• Frank – bottom first, legs flexed at hip and extended at knees (major form)
    • Complete – hips and knees flexed
    • Kneeling (extremely rare)
  • Antenatal management
    • Repeat USS at 36/40
      • Presentation
      • Fetal biometry
      • AFI
      • Placental location
      • Position of fetal legs
      • Attitude of neck
  • External cephalic version
    • Sucess rate >50%
    • Aim to perform between 34 and 37/40
    • Technique
      • Tocolyse with terbutaline
      • Wedge under buttocks
      • Lubricate abdomen
      • Place hands between breech and pubic symphysis’
      • Dislodge the breech
      • Guide fetal heart in a backwards or forwards roll towards the pelvis
      • Abandon after both backwards and forwards roll fails
      • CTG for 40 minutes after regardless of success
  • Elective Casesarian
    • Term Breech Trial: 2/3 reduction in perinatal mortality with no difference in maternal mortality
    • Modest short term increase in maternal morbidity
    • 2 year followup to TBT: no difference in death or abnomal neurodevelopment
  • Vaginal birth
    • High risk of NELUSC (43% of planned vaginal births in TBT)
    • Criteria
    • Exlusion of footling breech
      • No previous CS
      • CTG
      • Flexed fetal head
      • Availablity for emergent CS

Shoulder presentation

  • Definition: transverse lie where the shoulder faces the pelvic outlet
  • Risks
    • Cord prolapse
    • Obstructed labour
  • Antenatal management
    • USS to look for contributing causes esp. pelvic tumours
  • Expectant management
    • 80% of cases will stabilise into a longitudinal lie
    • Think very carefully about this if membranes have ruptured as cord prolapse risk is high
  • Active management
    • ECV + IOL (highish risk of reversion back to transverse lie)
    • ELUSC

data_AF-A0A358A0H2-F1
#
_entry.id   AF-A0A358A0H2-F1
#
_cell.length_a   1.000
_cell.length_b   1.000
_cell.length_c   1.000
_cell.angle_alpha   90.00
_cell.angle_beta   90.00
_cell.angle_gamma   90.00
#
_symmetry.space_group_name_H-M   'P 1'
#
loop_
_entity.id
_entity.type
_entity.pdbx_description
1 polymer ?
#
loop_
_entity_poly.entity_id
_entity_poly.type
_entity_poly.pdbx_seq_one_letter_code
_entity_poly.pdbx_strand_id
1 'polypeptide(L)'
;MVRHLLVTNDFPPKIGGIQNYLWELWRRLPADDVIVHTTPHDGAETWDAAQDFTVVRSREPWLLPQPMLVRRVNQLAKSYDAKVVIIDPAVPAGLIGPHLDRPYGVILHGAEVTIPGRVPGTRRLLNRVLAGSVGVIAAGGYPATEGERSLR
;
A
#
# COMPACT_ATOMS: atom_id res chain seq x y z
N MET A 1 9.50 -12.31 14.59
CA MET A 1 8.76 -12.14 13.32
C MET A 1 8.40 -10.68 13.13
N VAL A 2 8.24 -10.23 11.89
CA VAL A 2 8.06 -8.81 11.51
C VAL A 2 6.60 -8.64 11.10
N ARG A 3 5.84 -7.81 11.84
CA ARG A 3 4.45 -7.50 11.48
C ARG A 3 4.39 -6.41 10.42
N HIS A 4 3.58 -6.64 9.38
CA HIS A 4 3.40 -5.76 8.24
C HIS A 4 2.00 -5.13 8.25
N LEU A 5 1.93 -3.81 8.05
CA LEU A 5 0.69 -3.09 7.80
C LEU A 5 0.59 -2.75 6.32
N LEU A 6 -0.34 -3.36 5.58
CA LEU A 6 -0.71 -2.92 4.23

Twin Pregnancy


  • MCMA = one placenta, one amniotic sac; always identical
    • Perinatal loss rate 30-60%
  • MCDA = one placenta, separate amniotic sacs
  • DCDA = separate placentae, spearate sacs; may be fused (next to each other but with a septa divinding the sacs and placentae or separate
  • DCMA = mot possible

First Trimester Screening

  • Biochemical risk assesement alone not recommended as hormone levels reflect twin status more than aneuploidy
  • Nuchal translucency + biochemical risk assesement test of choice
  • Rate of miscarriage doubles with twins for CVS and amniocentesis

Other abnormalities

  • The risk in dizygous twins is not increased
  • Risk in monozygous twins of a fetal abnormality approaches 10%
  • NTD and congenital heart disease particular concerns
  • Disconcordant abnormality not uncommon in monozygous twins

Vanishing twin and papyraceous

  • 20% of twin pregnancies compliated by miscarriage or loss of one twin in the early stages
    • Pregnancy likely to rogress as for a singleton pregnancy
  • Loss of twin in 2nd trimester up carries risk of prematurity, neurological sequelae or death to remaing twin
  • Lost twin may be anatomically preserved as a papyraceous twin

Twin-twin transfusion syndrome

  • Confined to monochrionic gestations
  • 10-20% incidence in MC pregnancies
  • Blood flows from a donor twin to a recipeint twin via anastamoses resulting in hypovolemia and oligohydramnios for one and the converse for the other
  • Donor consequences
    • IUGR
    • Absent or reversed end-distolic uterine artery frequencies
  • Recipient consequences
    • Organomegaly
    • Polycythemia and hydrops
    • Tricuspid regurgitation (bad outcome)
  • Diagnosis – USS
  • Management